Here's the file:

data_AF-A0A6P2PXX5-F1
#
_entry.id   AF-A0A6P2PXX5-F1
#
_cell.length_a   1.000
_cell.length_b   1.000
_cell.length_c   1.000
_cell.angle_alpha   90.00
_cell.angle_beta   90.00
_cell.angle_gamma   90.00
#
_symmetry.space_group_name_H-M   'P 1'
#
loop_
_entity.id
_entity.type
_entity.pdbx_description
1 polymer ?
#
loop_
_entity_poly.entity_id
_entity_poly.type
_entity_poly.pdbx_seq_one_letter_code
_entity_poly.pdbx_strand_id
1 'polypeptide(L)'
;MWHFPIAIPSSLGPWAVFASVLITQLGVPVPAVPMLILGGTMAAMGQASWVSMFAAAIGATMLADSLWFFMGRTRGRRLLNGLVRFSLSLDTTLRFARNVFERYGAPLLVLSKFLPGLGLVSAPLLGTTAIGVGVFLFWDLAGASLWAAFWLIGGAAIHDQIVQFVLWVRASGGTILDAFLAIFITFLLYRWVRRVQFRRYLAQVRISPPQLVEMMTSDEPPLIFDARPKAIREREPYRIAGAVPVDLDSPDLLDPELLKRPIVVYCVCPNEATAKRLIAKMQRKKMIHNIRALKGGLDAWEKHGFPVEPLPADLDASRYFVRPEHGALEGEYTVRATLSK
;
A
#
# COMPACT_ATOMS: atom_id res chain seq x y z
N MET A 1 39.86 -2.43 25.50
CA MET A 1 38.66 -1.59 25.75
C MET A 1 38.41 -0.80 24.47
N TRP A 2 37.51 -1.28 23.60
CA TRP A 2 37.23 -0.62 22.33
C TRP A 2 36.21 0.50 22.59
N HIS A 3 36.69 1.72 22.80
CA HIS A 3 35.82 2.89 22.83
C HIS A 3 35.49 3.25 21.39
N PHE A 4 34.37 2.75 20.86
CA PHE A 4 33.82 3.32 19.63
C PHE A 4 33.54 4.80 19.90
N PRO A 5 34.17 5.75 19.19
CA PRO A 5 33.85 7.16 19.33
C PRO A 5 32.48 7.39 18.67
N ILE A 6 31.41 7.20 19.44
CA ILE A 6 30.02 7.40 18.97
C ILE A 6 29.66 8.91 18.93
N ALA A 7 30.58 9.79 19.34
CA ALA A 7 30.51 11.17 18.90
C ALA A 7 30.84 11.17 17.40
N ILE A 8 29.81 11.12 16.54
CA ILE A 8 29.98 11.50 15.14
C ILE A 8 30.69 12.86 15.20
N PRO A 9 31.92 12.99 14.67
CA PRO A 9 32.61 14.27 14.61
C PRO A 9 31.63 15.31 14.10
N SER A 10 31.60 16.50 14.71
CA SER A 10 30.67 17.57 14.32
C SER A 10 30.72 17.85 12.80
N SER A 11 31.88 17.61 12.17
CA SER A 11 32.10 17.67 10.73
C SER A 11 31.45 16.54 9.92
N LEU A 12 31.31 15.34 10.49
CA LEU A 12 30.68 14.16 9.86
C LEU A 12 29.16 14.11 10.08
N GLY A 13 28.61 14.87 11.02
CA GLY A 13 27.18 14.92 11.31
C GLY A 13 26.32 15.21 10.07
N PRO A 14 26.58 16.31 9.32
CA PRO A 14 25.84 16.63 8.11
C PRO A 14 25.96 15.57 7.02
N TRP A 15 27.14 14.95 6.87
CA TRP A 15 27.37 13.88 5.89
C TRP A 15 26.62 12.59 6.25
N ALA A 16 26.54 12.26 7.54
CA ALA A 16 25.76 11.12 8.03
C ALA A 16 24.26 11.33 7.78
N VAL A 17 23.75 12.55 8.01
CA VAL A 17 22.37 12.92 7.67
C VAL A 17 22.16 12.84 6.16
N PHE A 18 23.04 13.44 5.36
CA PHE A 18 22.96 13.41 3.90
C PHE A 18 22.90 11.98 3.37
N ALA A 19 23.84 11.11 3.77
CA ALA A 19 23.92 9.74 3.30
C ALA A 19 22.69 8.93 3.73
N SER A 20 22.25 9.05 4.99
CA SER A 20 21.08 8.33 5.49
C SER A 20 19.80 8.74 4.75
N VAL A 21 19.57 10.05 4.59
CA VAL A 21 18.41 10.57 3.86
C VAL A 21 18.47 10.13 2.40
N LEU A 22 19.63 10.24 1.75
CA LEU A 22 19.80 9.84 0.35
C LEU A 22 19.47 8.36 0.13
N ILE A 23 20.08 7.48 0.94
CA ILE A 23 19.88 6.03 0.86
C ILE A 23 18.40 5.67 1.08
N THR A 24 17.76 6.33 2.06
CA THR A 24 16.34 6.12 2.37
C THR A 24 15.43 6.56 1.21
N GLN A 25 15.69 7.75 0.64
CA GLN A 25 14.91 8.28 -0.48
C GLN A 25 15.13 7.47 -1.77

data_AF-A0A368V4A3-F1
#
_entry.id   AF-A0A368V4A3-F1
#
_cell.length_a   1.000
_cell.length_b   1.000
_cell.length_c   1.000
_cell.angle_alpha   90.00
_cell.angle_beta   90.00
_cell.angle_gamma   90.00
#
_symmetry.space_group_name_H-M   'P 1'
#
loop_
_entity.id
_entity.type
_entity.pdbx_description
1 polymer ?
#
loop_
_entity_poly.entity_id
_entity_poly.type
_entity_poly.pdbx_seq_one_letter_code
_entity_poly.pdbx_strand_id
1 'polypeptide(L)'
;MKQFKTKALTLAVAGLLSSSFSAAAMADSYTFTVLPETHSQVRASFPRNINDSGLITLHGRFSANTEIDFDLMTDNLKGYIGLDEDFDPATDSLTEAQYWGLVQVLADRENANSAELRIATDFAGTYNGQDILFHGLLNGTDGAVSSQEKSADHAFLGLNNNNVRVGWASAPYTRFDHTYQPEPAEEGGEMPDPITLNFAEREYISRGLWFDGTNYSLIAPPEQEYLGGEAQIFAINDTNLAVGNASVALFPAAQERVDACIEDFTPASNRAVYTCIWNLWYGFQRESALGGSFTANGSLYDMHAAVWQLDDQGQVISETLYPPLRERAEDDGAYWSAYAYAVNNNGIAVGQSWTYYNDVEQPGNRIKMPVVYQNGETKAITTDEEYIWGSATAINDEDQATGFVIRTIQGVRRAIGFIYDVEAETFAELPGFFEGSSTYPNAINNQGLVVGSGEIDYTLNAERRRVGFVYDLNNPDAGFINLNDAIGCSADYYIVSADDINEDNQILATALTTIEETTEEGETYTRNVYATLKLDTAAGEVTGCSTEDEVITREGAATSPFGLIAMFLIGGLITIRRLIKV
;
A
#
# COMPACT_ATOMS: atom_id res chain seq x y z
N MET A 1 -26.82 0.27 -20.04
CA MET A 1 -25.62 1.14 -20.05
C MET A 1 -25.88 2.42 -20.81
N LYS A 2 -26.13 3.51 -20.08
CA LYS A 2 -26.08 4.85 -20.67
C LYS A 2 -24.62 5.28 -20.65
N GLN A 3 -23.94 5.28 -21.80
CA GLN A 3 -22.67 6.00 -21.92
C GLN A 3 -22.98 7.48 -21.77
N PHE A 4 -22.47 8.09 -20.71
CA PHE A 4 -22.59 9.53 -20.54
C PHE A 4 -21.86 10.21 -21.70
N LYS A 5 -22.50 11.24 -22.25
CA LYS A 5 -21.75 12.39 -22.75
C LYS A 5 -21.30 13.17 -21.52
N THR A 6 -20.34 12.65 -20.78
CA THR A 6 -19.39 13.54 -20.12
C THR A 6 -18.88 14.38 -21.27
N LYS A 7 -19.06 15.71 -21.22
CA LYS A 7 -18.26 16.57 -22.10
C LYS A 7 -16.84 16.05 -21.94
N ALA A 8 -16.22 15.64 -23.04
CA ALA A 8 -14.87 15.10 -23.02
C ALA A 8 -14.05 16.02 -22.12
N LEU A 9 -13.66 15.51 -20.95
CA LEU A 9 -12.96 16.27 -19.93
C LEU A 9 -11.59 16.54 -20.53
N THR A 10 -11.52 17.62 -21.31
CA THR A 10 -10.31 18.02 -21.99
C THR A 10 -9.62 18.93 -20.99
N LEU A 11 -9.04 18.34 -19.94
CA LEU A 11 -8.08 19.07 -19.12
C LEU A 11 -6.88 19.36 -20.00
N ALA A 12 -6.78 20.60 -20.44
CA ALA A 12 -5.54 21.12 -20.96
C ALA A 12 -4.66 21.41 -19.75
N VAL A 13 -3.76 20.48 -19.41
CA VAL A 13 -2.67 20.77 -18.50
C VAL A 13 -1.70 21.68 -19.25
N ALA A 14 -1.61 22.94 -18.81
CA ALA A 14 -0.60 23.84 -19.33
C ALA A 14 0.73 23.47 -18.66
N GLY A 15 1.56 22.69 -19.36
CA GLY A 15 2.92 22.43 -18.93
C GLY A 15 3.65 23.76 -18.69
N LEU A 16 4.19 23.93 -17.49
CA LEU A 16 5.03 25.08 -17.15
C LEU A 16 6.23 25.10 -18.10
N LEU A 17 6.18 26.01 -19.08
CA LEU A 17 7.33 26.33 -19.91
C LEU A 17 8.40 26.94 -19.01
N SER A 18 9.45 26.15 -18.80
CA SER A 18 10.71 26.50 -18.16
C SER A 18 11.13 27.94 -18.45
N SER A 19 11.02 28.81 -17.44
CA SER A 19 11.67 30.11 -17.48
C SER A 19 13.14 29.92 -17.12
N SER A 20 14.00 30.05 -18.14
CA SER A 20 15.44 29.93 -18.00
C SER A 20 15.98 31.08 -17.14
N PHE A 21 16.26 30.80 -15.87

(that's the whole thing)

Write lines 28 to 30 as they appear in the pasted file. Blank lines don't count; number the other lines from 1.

A
#
# COMPACT_ATOMS: atom_id res chain seq x y z